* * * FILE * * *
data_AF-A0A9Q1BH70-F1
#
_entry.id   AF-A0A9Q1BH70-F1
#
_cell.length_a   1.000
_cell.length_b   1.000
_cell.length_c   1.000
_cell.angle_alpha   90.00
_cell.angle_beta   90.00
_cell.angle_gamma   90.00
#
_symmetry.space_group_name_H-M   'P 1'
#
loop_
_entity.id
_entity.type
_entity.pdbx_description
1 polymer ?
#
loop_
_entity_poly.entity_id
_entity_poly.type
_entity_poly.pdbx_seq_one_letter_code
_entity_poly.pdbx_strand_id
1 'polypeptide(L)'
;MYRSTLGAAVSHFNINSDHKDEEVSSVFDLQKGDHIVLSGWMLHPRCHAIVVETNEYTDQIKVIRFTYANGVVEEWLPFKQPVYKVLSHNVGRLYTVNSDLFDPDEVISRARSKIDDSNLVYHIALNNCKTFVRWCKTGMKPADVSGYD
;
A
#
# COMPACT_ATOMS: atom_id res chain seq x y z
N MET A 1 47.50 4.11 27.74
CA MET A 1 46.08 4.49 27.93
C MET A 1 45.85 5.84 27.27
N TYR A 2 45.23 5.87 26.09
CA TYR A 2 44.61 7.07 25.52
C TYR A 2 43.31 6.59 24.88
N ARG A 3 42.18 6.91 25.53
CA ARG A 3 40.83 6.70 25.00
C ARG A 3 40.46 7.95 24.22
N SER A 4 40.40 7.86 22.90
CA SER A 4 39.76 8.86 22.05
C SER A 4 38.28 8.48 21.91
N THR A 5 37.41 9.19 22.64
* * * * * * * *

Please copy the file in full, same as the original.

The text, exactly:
data_AF-A0A9Q1BH70-F1
#
_entry.id   AF-A0A9Q1BH70-F1
#
_cell.length_a   1.000
_cell.length_b   1.000
_cell.length_c   1.000
_cell.angle_alpha   90.00
_cell.angle_beta   90.00
_cell.angle_gamma   90.00
#
_symmetry.space_group_name_H-M   'P 1'
#
loop_
_entity.id
_entity.type
_entity.pdbx_description
1 polymer ?
#
loop_
_entity_poly.entity_id
_entity_poly.type
_entity_poly.pdbx_seq_one_letter_code
_entity_poly.pdbx_strand_id
1 'polypeptide(L)'
;MYRSTLGAAVSHFNINSDHKDEEVSSVFDLQKGDHIVLSGWMLHPRCHAIVVETNEYTDQIKVIRFTYANGVVEEWLPFKQPVYKVLSHNVGRLYTVNSDLFDPDEVISRARSKIDDSNLVYHIALNNCKTFVRWCKTGMKPADVSGYD
;
A
#
# COMPACT_ATOMS: atom_id res chain seq x y z
N MET A 1 47.50 4.11 27.74
CA MET A 1 46.08 4.49 27.93
C MET A 1 45.85 5.84 27.27
N TYR A 2 45.23 5.87 26.09
CA TYR A 2 44.61 7.07 25.52
C TYR A 2 43.31 6.59 24.88
N ARG A 3 42.18 6.91 25.53
CA ARG A 3 40.83 6.70 25.00
C ARG A 3 40.46 7.95 24.22
N SER A 4 40.40 7.86 22.90
CA SER A 4 39.76 8.86 22.05
C SER A 4 38.28 8.48 21.91
N THR A 5 37.41 9.19 22.64